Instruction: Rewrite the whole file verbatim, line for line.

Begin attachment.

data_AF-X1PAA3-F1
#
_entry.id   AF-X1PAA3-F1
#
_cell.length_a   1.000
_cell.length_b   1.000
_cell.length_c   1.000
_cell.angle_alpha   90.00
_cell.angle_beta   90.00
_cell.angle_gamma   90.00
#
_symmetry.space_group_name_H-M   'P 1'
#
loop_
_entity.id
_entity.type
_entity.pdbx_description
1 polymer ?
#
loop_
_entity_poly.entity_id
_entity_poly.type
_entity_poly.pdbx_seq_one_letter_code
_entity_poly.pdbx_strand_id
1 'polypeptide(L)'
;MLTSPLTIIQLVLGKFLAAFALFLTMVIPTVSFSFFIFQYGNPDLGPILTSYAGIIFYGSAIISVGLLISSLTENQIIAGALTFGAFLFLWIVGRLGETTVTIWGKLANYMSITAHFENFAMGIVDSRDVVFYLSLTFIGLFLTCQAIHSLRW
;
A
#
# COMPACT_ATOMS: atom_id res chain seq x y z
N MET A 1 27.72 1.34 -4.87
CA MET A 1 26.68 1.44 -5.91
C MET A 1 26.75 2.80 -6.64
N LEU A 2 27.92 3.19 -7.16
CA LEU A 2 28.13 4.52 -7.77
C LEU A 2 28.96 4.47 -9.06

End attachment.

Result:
data_AF-X1PAA3-F1
#
_entry.id   AF-X1PAA3-F1
#
_cell.length_a   1.000
_cell.length_b   1.000
_cell.length_c   1.000
_cell.angle_alpha   90.00
_cell.angle_beta   90.00
_cell.angle_gamma   90.00
#
_symmetry.space_group_name_H-M   'P 1'
#
loop_
_entity.id
_entity.type
_entity.pdbx_description
1 polymer ?
#
loop_
_entity_poly.entity_id
_entity_poly.type
_entity_poly.pdbx_seq_one_letter_code
_entity_poly.pdbx_strand_id
1 'polypeptide(L)'
;MLTSPLTIIQLVLGKFLAAFALFLTMVIPTVSFSFFIFQYGNPDLGPILTSYAGIIFYGSAIISVGLLISSLTENQIIAGALTFGAFLFLWIVGRLGETTVTIWGKLANYMSITAHFENFAMGIVDSRDVVFYLSLTFIGLFLTCQAIHSLRW
;
A
#
# COMPACT_ATOMS: atom_id res chain seq x y z
N MET A 1 27.72 1.34 -4.87
CA MET A 1 26.68 1.44 -5.91
C MET A 1 26.75 2.80 -6.64
N LEU A 2 27.92 3.19 -7.16
CA LEU A 2 28.13 4.52 -7.77
C LEU A 2 28.96 4.47 -9.06